Tags: bird song
Take your little ones to a park and look and listen to see animals communicating with each other, talk about how we talk to each other to communicate, and describe what other animals are doing. Look out for dog walkers who might be talking to their dogs, shouting commands to them. Look at how the dog responds, how do they show that they are happy? How do they play with their owners?
Listen out for birds calling to one another. When birds sing they are often exchanging song with a partner or potential mate. See if you can stand near to where a bird is singing and listen to its bursts of song. Then listen in the gaps between and see if you can hear thesame notes repeated back by another bird at a distance. Birds often exchange song in this way for minutes, you must just be patient to listen out for this and recognise that the communication is not simply one bird singing, but two birds exchanging notes.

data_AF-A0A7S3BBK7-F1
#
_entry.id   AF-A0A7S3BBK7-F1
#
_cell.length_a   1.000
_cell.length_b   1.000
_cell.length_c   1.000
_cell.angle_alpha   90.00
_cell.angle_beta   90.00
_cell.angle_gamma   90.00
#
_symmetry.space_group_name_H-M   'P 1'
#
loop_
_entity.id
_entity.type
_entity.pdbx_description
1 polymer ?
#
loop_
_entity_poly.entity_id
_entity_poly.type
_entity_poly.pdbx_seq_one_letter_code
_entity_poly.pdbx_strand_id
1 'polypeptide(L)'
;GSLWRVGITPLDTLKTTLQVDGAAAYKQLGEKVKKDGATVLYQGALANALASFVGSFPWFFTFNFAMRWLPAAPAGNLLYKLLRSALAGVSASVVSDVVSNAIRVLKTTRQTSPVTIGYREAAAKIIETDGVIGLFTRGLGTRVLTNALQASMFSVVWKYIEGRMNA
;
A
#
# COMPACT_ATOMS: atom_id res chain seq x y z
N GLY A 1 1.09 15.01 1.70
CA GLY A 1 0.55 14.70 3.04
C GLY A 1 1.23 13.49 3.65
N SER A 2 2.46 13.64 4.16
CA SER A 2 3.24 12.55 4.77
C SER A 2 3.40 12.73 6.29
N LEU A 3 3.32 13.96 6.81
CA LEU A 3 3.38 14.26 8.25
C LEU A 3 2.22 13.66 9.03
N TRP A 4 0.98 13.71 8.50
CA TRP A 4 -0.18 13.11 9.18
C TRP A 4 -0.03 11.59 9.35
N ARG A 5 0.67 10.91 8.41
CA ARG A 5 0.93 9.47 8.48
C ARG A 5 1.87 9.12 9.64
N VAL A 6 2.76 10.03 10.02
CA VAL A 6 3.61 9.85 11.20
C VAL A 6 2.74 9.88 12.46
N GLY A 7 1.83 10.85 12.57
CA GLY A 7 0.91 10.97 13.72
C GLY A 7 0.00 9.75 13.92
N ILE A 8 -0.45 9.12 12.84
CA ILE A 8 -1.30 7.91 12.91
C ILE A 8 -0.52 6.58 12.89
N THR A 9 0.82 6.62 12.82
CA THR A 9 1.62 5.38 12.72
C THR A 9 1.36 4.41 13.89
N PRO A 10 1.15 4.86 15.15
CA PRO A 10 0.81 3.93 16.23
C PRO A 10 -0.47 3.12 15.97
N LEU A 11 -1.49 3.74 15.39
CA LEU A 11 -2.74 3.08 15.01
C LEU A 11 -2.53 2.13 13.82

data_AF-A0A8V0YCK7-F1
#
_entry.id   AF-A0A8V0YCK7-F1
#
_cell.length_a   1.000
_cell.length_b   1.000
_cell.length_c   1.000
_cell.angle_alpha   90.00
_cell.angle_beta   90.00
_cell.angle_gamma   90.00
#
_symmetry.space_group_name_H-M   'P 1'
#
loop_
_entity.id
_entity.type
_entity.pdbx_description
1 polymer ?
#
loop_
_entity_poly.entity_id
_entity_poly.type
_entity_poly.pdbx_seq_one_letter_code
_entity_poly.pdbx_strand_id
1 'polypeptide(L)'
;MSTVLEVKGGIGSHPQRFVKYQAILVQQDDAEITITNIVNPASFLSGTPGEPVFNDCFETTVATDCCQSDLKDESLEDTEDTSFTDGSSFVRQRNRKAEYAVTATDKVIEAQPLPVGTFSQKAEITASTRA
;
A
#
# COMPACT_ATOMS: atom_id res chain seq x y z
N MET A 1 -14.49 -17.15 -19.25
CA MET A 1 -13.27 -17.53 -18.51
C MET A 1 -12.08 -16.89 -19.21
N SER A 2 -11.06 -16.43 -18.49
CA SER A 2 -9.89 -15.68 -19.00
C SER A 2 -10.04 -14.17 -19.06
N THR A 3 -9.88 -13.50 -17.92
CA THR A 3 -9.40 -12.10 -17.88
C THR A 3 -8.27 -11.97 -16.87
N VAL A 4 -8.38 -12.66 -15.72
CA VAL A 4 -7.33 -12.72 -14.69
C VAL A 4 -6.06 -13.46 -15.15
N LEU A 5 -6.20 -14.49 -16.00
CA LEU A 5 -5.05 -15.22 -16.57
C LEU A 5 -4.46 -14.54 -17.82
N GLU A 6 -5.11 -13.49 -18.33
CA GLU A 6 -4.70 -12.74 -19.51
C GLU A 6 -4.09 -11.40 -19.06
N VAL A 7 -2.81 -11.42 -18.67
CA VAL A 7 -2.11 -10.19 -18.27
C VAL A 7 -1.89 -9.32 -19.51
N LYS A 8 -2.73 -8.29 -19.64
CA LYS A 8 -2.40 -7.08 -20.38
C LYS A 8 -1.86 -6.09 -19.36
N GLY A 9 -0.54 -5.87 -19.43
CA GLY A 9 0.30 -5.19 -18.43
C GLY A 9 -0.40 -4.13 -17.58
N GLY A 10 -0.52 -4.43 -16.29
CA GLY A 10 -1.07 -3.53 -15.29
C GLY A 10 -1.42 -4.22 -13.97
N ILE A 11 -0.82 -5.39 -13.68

Ponds should provide more evidence of animals communicating, especially when young ducklings have hatched. Look at how parent ducks protect their young from intruders - they will squawk at other birds and even people that step too close to their brood. Look at how ducks might peck each other to 'fight' over a partner. At the right time of year you might also hear the sounds made by frogs who make a terrific mating call, using sound to attract a partner.
Listen to what other noises you can hear from the park thamight interrupt birds communicating over distance. Can you hear the sounds of traffic? ...trains? ...aeroplanes? All this noise pollution has a detrimental effect on animals being able to communicate. Talk with your little ones about how this will impact their ability to communicate and demonstrate how you have to talk louder yourself as you approach the noise of traffic.